By Gary McCullough, Christian Newswire director
Throughout history there exists an ongoing battle over what cultures celebrate and why. In recent American history the battle lines are often described as pro and anti-Christian.
America once was content in allowing civil authorities to select and define its holidays. With the increasing influence of groups which use the courts to challenge any commingling of religion and the function of government, the definition of the some of the nation's holidays have become a war zone.
And while most Americans think of Thanksgiving, Easter and Christmas as Christian holidays -- history is clear that Easter and Christmas were originally pagan celebrations, stolen and redefined.
This leaves Thanksgiving as the one American holiday originating within Christian culture. It is a holiday created to remind a nation to thank God. So while talk-show hosts expound upon a war on Christmas -- let's not ignore the war on the one true Christian holiday, Thanksgiving.
In President Obama's 2009 Thanksgiving Proclamation, he points to President Washington encouraging thankfulness to God, followed by President Lincolns' desire to see a nation healed from war, to his, President Obama's, wish that "we observe traditions from every culture, Thanksgiving Day is a unique national tradition we all share. Its spirit binds us together as one people, each of us thankful for our common blessings." In a short couple of centuries, we have gone from President Washington's call to "unite in most humbly offering our prayers and supplications to the great Lord and Ruler of Nations," to "a time for us to renew our bonds with one another, and we can fulfill that commitment by serving our communities and our Nation throughout the year (also from President Obama's 2009 Thanksgiving Proclamation)."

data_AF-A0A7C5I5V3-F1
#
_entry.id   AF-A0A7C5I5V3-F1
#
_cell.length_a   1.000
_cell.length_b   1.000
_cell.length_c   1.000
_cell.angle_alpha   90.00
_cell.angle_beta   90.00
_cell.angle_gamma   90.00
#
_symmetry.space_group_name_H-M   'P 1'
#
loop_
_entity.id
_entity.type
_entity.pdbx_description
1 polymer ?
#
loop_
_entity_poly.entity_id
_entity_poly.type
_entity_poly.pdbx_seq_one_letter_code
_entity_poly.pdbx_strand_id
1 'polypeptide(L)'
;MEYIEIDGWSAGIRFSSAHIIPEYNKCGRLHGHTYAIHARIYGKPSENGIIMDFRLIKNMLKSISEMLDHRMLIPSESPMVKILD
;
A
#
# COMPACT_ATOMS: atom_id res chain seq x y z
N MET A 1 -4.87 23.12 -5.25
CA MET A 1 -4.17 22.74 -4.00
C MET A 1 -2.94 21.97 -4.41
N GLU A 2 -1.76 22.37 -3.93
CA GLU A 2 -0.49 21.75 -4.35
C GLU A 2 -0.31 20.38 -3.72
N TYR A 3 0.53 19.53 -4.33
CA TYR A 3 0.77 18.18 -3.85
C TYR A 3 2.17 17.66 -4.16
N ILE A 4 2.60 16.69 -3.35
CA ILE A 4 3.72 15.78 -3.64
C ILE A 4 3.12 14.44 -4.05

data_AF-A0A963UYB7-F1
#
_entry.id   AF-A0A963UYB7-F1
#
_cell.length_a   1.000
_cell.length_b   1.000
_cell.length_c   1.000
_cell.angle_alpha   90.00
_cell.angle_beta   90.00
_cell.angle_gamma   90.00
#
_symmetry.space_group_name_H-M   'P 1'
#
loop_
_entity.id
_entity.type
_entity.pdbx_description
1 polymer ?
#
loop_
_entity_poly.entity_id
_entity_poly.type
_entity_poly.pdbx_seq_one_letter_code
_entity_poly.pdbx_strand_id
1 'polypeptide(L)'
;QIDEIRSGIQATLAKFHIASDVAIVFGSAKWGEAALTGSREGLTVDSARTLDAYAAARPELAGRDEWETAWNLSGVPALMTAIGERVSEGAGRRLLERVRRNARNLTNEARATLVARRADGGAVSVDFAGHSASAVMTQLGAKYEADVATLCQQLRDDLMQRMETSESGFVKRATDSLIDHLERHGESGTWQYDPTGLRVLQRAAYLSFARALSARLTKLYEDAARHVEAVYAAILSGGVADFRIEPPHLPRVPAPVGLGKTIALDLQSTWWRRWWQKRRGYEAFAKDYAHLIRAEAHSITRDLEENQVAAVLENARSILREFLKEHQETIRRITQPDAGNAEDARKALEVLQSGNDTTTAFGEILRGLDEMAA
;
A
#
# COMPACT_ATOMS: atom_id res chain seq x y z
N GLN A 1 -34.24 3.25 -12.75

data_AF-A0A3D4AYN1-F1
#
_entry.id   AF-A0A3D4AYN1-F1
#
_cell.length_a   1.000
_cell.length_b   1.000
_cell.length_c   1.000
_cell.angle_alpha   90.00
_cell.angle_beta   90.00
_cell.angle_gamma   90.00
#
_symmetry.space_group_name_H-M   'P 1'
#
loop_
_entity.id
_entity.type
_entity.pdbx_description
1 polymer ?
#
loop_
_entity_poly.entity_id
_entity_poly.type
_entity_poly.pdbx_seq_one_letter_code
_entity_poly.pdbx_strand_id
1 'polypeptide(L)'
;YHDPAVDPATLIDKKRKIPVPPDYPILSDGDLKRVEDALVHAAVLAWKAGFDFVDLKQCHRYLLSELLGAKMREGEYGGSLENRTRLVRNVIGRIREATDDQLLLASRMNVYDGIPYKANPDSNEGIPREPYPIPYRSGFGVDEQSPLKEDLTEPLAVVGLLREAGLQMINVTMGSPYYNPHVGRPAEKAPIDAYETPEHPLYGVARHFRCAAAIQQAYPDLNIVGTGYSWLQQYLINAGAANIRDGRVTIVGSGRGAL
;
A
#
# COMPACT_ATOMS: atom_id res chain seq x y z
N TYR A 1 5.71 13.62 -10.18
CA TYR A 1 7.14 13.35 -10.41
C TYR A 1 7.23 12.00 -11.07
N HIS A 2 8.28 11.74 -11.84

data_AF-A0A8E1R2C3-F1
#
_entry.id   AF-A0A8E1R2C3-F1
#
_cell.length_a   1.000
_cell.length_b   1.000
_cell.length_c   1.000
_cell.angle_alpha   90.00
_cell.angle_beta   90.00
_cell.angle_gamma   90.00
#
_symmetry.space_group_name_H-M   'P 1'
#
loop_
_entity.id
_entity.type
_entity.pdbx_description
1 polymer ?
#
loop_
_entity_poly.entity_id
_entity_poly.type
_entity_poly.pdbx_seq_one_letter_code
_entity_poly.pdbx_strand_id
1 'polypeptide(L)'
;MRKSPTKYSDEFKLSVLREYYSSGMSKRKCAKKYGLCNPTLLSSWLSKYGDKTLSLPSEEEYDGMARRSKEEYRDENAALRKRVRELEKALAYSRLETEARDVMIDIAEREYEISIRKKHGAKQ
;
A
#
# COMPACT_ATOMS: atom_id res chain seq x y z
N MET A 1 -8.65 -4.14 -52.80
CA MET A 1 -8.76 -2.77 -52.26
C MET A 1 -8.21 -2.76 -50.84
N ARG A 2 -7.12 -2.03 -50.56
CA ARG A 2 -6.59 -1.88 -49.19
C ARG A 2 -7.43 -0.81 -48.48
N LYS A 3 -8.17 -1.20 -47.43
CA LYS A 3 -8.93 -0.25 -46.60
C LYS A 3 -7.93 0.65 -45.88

Thanksgiving originally honored God for His deliverance and providence. That deliverance came in the form of a people being blessed for obeying His teachings found in the Old and New Testaments. God's providence was demonstrated when the Pilgrims discarded socialism after a year of absolute failure and embraced capitalism; read Governor William Bradford's journal. America's history is clear that when those who disembarked from the Mayflower applied God's law to their society they were blessed -- and for this they wished to thank God, not their neighbors, not each other.
The war over Thanksgiving as a holiday began when a generation was taught that the holiday's first setting was Pilgrims being saved from starvation by Native Americans. This war continues with a President that defines it as a time to thank each other.
Thanking your neighbor or Native Americans for teaching Pilgrims to fish and grow crops is not un-Christian. Redefining Thanksgiving as anything other than a call to give thanks to the one true and living God is an attempt to remove God from America's one true Christian holiday.
So before we reenlist to defeat the war on Christmas, take this one day to win the war over Thanksgiving by forgetting what President Obama said and remembering what President Washington said.